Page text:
David Gray awoke three days later and weighed 636 pounds. The hospital had placed him on a borrowed cattle scale. They zeroed it based on the mattress’s weight. Administrators had come from varying departments to check in on David. He had become their first, and only, famous patient. News organization from around the state, then the country, then the world, wanted to learn about David. The media named him “The Growing Man”.
He had not eaten food during the six days it took him to gain 450 pounds.

Tests were conducted on his blood, his urine, his fat cells, his flesh, and his semen. Research was done on similar cases up to the point where it was discovered no similar cases existed. David Gray, the Growing Man, was an anomaly of modern medical science. Psychologists flooded the talk show circuits offering opinions on David’s mental state. The President took the opportunity to commission a study on obesity. Speeches were made, pundits shouted, water coolers boiled amid heated debates on the Growing Man. Vegas gave odds on David’s weight when he finally died. Odds were in favor of a heart attack by month’s end.

David looked around the room. A maintenance man had removed the television. He was a bent man with gray hair and white knuckles. He’d helped with the cattle scale while listening to the television clamor about the Growing Man’s sexual habits, his high school experiences, and how the Growing Man is making a political statement against hunger by exposing the nation’s gluttony. The bent man yanked the television out the next night.

He stood at the foot of David’s bed as David slept.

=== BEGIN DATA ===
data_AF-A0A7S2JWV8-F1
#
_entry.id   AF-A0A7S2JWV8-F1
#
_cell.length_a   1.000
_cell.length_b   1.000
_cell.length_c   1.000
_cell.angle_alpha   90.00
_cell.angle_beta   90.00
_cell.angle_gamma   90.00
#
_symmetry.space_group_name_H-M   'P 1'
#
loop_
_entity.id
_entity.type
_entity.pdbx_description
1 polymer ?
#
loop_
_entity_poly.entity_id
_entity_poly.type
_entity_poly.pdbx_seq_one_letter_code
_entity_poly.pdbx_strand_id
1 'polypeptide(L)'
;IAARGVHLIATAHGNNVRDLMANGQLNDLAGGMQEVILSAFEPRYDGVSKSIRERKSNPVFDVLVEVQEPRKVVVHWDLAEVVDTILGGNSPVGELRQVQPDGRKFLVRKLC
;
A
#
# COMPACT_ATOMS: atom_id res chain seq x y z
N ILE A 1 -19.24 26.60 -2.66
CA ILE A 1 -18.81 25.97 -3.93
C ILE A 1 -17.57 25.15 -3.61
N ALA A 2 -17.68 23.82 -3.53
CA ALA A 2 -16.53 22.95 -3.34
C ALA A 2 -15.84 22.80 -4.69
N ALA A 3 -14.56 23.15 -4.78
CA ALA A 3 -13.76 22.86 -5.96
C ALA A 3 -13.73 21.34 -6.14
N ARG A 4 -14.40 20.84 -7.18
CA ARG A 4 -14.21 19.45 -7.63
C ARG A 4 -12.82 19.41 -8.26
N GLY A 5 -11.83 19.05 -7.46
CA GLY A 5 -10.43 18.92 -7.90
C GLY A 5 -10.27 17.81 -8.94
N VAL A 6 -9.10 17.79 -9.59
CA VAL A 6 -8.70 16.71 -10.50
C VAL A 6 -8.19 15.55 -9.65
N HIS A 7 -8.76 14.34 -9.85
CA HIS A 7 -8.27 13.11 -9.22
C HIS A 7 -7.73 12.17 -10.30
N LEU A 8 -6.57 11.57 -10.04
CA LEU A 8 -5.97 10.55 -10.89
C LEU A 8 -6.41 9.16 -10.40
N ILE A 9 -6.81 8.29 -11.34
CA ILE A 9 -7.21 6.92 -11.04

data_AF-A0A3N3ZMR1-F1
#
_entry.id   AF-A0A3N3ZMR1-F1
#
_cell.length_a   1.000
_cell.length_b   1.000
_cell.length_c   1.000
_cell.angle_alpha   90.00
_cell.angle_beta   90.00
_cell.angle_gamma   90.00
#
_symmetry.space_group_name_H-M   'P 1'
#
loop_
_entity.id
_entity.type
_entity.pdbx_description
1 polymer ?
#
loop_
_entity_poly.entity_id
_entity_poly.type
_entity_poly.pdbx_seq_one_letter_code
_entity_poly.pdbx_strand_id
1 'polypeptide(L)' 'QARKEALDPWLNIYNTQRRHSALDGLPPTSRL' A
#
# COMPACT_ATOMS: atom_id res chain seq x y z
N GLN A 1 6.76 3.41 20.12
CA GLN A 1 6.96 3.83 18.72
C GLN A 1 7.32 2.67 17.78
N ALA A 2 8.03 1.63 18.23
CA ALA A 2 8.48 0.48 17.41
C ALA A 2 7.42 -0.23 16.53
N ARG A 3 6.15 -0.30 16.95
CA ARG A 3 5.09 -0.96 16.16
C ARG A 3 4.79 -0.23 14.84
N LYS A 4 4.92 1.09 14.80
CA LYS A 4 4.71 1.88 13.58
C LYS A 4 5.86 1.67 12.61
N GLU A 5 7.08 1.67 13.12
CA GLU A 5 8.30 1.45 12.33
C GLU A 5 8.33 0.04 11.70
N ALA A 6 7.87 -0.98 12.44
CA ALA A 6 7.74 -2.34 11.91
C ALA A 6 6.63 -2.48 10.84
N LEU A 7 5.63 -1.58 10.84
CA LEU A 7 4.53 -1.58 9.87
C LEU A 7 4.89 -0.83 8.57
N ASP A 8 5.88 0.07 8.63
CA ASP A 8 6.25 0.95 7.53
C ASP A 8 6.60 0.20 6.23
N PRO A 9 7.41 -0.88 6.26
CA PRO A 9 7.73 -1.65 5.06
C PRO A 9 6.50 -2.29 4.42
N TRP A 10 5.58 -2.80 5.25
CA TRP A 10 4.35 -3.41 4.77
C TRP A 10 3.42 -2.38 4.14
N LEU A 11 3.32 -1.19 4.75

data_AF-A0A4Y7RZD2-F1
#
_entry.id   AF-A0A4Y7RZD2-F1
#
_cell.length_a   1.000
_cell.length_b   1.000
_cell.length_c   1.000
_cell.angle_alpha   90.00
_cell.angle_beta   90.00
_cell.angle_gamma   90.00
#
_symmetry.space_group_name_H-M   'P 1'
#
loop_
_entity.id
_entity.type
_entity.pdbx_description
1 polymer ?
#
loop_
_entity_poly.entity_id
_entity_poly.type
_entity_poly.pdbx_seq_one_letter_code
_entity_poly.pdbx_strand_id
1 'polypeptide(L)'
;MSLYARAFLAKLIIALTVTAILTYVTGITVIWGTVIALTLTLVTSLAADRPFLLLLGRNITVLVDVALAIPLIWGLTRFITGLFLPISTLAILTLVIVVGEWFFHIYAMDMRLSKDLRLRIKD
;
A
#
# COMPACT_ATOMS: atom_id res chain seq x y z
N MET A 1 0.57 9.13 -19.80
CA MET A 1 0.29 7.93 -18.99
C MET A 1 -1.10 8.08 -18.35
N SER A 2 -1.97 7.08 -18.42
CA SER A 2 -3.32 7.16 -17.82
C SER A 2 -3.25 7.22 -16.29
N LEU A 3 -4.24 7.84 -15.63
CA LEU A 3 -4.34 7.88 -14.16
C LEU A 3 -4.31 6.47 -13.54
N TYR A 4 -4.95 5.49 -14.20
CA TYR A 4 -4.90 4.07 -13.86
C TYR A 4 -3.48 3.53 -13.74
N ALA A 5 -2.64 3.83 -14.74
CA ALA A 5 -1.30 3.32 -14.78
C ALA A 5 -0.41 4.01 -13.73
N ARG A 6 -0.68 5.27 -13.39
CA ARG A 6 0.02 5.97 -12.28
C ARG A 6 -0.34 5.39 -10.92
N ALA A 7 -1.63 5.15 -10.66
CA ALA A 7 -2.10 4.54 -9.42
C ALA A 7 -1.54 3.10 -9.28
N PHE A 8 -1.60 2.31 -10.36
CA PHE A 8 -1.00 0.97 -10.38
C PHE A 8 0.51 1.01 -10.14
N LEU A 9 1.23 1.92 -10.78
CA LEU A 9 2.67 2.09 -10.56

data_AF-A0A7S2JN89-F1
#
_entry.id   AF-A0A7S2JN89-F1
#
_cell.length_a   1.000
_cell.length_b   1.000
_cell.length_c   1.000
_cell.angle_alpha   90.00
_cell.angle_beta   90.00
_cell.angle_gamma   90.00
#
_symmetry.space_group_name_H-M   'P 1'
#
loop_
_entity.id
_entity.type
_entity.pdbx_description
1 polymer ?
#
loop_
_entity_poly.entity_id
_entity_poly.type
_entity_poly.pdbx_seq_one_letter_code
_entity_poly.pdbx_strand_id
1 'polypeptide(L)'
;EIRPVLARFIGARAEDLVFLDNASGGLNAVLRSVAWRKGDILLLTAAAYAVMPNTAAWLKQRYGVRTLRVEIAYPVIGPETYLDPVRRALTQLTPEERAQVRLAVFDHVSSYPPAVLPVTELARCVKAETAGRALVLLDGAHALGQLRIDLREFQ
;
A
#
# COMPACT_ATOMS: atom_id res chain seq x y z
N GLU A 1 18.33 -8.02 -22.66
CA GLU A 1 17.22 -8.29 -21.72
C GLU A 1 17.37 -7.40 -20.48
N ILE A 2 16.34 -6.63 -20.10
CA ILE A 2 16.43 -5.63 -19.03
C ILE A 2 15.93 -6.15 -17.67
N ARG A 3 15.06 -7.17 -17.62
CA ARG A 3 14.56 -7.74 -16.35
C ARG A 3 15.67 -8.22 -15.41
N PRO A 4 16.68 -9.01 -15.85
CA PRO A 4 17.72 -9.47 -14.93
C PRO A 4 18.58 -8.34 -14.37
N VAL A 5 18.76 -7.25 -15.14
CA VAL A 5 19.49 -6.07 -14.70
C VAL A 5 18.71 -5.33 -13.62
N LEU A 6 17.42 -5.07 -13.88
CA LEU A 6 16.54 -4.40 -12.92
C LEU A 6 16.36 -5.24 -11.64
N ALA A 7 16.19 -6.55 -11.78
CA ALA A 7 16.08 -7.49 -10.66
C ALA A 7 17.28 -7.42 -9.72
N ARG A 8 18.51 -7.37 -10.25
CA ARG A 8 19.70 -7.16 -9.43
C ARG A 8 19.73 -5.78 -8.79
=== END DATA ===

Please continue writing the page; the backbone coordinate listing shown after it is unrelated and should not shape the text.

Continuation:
I don’t know why they do that…hell with ‘em…

David watched his hands as they rose. His fingers were pale sausages, his hand the size of Cornish hen. He felt hungry. He felt disgusted. The wish for sleep came upon him. Though his dreams escaped him, he knew he was still thin within them. He gasped for air as fat continued to surround his lungs. A nurse came in.

You’re awake. She said.

She closed the door softly. Coming close to the bed she said,

This is my first shift with you. You have your own shift now.

David nodded. Can I get some water?

Of course. Whatever you want. She poured some water in small cup; put the straw to his mouth.

You’re famous, you know.

Thank you.

After I check your vitals…could I get an autograph?

What’s wrong with me? Why is this happening?

The nurse ran her hand across David’s chest. All the hair had fallen out.

Nothing’s wrong with you. You’re famous.

The door opened.

Nurse Watson. Oh, he’s awake. Wonderful. How are you doing Mr. Grow…Gray?

The doctor moved to the foot of David’s bed. He checked the chart then looked at the scale’s readout.

Six Thirty-Six. Holding steady.

I weigh six hundred thirty-six pounds? David said.

For the last…looks like the last two hours. Yes. Holding steady.

David closed his eyes.

Where’s my wife? David said.

You’re married? The doctor blurted. Of course, it says so here. She must be at lunch or something. I’m sure…